Michigan Discussions in Anthropology



The origins of our journal can be traced back to the early 1970's. In 1971, undergraduates, graduate students, and faculty at the University of Michigan produced Michigan Papers in Anthropology 1:1, a journal edited by Brian Weiss, Terry D'Altroy, Marshall Sahlins, and Paul Mahler. For young graduate students like Rayna Rieter (Rayna Rapp) and Harriet Rosenberg it was their first publication. And for seasoned scholars like C. Loring Brace, James Greenberg, and Eric Wolf, it was a chance to present their ideas in a forum that would enhance discussion within the department. This was the first and last issue of MPIA ever published. All seven original pieces written for MPIA are available at the Download Articles page.

In 1975, with a new editorial committee composed of Gina Barnes, David Hughes, Raymond Kelly, Elinor Melville, Patrick Moore, Maxwell Owusu, Roy Rappaport, Karen Shedlowe, Michael Taussig, Maud Walker, and Angela Wheelock, MPIA became Michigan Discussions in Anthropology and its very first volume was published by the department. As with its predecessor, MDIA was created in an attempt to foster intra- and interdepartmental discussion, but now this goal was made more central than before. In the first editorial forward, this is stipulated as the principal objective of the new journal:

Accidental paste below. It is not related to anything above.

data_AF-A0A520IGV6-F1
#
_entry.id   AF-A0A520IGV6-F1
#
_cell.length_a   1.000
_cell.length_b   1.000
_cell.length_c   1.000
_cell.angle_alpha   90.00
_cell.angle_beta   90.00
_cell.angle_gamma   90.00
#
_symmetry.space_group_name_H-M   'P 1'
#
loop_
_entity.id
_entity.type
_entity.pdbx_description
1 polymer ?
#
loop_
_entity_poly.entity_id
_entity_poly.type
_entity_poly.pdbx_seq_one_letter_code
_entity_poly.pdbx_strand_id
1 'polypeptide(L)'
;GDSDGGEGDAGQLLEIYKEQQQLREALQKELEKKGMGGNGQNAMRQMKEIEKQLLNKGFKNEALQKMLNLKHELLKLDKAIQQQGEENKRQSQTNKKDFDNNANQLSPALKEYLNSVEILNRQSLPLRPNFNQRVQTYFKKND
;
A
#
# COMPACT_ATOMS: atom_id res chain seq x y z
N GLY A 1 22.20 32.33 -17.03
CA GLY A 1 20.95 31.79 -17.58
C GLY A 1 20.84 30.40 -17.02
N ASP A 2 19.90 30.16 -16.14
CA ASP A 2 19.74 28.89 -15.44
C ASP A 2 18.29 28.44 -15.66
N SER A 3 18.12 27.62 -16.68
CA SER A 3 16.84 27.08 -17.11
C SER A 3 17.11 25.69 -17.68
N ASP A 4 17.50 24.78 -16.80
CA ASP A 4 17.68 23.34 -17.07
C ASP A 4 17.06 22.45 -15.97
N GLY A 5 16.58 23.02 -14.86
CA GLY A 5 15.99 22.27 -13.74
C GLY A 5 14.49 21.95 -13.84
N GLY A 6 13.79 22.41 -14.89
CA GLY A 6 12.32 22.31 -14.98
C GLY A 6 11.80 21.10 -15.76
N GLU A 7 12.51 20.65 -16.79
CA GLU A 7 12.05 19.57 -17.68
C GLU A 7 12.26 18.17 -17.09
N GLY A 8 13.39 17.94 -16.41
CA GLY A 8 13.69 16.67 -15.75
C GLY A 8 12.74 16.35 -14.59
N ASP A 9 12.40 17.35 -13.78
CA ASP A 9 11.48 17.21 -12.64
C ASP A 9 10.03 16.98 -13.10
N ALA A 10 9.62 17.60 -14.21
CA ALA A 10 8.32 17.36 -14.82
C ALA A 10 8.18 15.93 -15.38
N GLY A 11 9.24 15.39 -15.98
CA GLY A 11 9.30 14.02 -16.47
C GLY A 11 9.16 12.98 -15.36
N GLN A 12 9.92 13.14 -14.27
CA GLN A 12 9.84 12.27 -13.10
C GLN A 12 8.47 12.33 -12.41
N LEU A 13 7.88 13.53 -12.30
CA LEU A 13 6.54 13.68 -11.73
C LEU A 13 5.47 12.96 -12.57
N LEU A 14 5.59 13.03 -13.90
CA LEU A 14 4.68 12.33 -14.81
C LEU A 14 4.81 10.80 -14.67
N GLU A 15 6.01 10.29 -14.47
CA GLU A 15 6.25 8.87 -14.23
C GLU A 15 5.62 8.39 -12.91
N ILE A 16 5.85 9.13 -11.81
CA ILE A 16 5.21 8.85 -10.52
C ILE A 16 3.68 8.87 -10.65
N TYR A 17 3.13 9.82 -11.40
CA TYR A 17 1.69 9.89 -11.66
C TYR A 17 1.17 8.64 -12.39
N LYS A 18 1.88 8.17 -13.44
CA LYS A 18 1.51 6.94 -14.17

"[W]e wish to stimulate discussion by reporting to each other what we are doing and thinking and inviting each other to respond to us in a mode less ephemeral and more precise than speech. In future numbers we hope to have an extensive discussion section to which you are invited to contribute."

Aside from their ambitious desire to produce three volumes a year, many of the original goals of MDIA's first editors have inspired the many volumes published since 1975 and continue to influence the journal to this day. In addition to an emphasis on fostering intra- and interdepartmental dialogue and eliciting four-field publications, MDIA continues to rely on productive collaboration between graduate students, anthropology faculty, and our staff. This not only keeps the discussion lively, but grants students and faculty alike a unique forum to present the development of their ideas. It is this above all that makes MDIA a product of the unique and ever-changing atmosphere of the University of Michigan department of anthropology.


Department of Anthropology
101 West Hall
1085 South University Avenue
Ann Arbor, MI 48109-1107